Many investment grade corporate issuers have built cash positions by ending share buybacks, cutting dividends and issuing more than US$1 trillion of debt year to date.3 As companies solidify their balance sheets, this should benefit debt holders and allow the issuers to successfully navigate what we expect will be a “U-shaped” economic recovery. With roughly US$11 trillion in negative-yielding debt globally,4 we believe North American investment grade bonds will attract foreign buyers. With history as a guide, as we came out of the global financial crisis, investment grade credit generated total returns of 18.7% in 2009, followed by returns of 9%, 8.1%, and 9.8% in 2010, 2011, and 2012. 5

Since the crisis the Fed has increased its balance sheet by over US$3 trillion6 while the ECB’s balance sheet is nearly €1 trillion larger7 – and both are growing. In addition to asset purchases, central banks slashed overnight lending rates. Both the Fed and Bank of Canada have taken their overnight lending rate to a range of 0-0.25% and will likely keep it there for an extended period.8 However, the Fed stresses no intention to take the rate negative, saying that it believes negative rates pose a potential risk to the banking systems.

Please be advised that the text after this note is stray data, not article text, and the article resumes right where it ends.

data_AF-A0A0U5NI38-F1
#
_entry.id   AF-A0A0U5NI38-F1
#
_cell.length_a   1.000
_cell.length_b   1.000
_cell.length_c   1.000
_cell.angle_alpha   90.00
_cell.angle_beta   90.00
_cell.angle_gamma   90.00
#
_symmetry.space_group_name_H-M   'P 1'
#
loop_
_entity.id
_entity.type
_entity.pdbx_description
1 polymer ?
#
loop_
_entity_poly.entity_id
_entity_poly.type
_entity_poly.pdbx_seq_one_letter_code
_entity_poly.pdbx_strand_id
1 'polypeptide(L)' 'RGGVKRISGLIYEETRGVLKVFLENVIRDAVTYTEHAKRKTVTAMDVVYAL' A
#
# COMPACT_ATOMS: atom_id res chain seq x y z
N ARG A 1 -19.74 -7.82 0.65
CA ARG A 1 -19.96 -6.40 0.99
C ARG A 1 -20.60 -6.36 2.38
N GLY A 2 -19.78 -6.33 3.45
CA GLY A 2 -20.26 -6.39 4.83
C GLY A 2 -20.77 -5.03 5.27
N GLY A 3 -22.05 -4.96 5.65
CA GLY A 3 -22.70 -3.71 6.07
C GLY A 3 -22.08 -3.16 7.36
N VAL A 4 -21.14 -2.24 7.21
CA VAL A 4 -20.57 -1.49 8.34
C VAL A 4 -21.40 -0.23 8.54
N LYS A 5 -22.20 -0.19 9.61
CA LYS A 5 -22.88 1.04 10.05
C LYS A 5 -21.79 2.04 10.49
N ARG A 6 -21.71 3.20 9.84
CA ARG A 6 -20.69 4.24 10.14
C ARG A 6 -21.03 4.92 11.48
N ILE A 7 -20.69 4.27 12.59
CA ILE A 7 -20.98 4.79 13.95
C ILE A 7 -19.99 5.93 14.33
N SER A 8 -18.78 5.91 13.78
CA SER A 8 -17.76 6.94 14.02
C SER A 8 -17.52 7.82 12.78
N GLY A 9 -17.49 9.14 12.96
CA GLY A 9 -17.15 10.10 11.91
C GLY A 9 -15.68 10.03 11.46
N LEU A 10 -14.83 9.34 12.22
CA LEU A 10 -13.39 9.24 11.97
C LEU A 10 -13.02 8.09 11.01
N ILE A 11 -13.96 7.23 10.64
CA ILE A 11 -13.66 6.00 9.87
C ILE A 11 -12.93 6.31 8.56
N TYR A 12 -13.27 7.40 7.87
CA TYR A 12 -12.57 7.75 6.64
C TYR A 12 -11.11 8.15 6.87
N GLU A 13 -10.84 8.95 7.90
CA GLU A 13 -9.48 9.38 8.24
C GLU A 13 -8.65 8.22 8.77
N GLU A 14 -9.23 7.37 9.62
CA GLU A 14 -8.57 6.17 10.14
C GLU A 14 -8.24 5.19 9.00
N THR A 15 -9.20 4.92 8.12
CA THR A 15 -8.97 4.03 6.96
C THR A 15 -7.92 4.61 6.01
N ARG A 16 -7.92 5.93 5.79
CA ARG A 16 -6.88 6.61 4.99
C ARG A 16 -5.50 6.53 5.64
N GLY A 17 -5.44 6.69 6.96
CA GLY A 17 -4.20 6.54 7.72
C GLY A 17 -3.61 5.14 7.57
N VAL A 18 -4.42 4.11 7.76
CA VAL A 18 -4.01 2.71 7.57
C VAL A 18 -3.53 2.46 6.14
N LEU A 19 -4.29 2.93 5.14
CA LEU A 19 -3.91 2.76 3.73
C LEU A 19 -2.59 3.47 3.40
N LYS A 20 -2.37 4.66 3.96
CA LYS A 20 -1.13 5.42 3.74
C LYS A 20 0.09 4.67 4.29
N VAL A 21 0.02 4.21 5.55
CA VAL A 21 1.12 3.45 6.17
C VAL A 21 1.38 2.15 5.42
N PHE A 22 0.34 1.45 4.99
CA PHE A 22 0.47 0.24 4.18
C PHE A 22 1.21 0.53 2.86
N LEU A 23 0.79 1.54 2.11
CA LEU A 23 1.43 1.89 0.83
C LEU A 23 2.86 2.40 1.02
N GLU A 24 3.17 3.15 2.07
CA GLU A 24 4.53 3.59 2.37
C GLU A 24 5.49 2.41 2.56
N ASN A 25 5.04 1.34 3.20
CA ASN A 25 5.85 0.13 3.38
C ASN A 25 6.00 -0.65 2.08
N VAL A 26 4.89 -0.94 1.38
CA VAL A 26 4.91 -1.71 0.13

Besides, both central banks have ample ammunition via balance sheet expansion as an alternative. I believe a flood of stimulus and a successful reopening of the economy should help to keep central bank rates positive with slightly steeper yield curves, but that they will remain low and rangebound for an extended period.